According to MARP’s Meredith Phillips Almeida, the Public Design Commission approval process required design modifications that caused initial delays to the project, which was expected to break ground in fall 2013 but ended up not beginning until a full year later. Then, once the contractors got to work on the project, they found an underground water main that halted construction entirely from November 2014 until August of last year. “I think that it was clear to us why it was delayed, but we weren’t given any preliminary timeline for when work would start up again until very near the time when it did,” Almeida told Streetsblog.
Construction paused again for the holiday shopping season at the request of the Myrtle Avenue Partnership, but Almeida said her organization has not been given any indication of when work will start back up. The most recent completion date she’s been given by DDC’s liaison is this April. “For us as the future manager of the public space, it’s very difficult to build that programming out when the end-point is a moving target,” Almeida said. “It seems incredibly ambitious in my opinion that the plaza will be open in April, but that’s still the latest that we’ve heard.”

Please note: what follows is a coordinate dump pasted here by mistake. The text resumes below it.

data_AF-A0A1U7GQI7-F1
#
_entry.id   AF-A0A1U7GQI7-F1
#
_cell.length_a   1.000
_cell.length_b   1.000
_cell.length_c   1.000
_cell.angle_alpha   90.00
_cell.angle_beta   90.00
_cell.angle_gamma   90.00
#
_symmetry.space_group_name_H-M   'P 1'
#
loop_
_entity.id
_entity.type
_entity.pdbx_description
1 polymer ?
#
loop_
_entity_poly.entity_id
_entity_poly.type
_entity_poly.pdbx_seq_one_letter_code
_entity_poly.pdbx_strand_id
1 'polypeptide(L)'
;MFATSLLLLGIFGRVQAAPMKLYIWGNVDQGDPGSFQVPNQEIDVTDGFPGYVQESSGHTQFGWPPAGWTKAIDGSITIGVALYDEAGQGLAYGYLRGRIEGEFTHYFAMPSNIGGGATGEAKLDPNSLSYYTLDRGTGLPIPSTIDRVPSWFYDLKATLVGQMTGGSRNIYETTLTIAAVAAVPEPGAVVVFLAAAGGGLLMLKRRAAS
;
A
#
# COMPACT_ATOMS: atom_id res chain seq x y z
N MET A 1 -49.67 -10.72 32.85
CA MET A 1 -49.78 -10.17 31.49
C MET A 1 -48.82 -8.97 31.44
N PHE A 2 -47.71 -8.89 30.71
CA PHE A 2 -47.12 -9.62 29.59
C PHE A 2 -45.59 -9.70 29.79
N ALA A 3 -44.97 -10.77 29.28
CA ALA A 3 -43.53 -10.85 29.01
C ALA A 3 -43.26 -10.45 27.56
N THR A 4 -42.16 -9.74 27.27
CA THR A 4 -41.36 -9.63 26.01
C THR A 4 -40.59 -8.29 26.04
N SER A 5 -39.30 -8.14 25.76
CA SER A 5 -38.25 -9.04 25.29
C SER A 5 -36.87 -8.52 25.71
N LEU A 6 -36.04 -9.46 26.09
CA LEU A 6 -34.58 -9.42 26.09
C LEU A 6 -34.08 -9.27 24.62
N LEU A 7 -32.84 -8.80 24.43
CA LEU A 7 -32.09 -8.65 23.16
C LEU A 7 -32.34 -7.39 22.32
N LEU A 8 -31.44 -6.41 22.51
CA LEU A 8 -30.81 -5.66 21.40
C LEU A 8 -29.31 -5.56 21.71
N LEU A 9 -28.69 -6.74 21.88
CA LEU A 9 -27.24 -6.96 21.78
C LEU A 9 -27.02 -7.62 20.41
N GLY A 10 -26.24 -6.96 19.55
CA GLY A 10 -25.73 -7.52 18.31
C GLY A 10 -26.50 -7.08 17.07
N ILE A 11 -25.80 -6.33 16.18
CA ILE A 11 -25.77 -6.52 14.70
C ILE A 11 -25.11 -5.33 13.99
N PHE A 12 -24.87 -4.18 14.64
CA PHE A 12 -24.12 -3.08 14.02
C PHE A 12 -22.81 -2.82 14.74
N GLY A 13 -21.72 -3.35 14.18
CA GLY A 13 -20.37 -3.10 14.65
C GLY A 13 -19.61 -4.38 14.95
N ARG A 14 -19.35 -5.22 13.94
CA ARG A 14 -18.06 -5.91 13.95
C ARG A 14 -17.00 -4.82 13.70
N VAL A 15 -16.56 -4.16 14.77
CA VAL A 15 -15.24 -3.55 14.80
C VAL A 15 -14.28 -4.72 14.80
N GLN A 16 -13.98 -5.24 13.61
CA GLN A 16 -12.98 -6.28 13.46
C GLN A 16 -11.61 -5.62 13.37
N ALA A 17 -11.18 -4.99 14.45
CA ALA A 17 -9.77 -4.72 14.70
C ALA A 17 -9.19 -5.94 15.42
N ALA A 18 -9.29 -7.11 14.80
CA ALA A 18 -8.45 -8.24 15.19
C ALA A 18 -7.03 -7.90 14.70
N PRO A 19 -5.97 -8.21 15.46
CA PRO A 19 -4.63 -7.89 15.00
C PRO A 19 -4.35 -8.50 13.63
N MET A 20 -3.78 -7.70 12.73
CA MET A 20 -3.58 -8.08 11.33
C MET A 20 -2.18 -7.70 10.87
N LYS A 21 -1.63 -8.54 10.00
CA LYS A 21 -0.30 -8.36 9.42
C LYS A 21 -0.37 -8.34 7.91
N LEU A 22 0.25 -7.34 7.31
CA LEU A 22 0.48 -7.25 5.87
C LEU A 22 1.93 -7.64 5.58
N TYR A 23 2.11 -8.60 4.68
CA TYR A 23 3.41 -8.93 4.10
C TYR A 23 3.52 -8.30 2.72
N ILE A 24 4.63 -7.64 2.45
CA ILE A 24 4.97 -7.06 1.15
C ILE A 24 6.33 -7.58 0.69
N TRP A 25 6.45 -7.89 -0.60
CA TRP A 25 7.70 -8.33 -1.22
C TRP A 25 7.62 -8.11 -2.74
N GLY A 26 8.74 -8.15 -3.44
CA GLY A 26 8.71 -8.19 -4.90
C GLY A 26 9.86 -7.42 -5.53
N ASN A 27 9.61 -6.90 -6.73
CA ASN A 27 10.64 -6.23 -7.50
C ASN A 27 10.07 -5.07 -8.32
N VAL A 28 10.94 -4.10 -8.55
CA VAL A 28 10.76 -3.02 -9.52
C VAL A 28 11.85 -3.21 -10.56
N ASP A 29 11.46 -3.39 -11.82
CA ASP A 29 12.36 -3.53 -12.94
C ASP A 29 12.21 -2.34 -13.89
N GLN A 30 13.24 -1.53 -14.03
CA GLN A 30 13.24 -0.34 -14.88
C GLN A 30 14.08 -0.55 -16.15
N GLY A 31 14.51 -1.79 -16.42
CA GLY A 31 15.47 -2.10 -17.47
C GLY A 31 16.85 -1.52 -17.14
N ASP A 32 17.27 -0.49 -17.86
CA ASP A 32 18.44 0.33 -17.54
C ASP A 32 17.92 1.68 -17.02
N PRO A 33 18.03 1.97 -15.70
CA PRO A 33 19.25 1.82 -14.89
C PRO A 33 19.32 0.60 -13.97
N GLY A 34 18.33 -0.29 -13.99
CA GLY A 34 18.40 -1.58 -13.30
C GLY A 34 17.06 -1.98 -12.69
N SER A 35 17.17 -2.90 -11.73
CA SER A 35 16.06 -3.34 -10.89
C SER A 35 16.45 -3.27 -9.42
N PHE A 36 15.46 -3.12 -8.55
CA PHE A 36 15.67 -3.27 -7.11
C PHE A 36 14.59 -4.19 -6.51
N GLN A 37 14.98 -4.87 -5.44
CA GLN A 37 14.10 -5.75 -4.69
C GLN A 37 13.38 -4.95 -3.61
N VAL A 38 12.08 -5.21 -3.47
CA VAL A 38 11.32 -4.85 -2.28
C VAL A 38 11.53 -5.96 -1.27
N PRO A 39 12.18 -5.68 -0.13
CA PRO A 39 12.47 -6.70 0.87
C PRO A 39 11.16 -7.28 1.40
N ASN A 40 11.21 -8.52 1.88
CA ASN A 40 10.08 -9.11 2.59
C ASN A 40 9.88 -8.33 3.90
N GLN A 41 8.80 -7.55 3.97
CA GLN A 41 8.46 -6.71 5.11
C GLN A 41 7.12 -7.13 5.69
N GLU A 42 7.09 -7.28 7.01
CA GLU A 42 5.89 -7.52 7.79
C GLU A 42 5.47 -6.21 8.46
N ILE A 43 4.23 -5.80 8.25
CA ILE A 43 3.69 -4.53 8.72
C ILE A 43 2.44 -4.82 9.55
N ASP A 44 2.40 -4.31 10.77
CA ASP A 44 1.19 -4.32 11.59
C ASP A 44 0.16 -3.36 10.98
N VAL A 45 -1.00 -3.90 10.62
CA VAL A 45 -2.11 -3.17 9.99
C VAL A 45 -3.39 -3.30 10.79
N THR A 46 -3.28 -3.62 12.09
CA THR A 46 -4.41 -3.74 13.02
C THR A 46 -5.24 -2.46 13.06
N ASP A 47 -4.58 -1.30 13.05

On the city’s map of construction projects, DDC now lists the completion date as June 30.
Initial project timeline: After design delays pushed groundbreaking back a year, construction began in August 2014 with an anticipated 18-month timeline.
Current DDC official projected completion date: 6/30/2016
2. Pershing Square West – Two Years Behind Schedule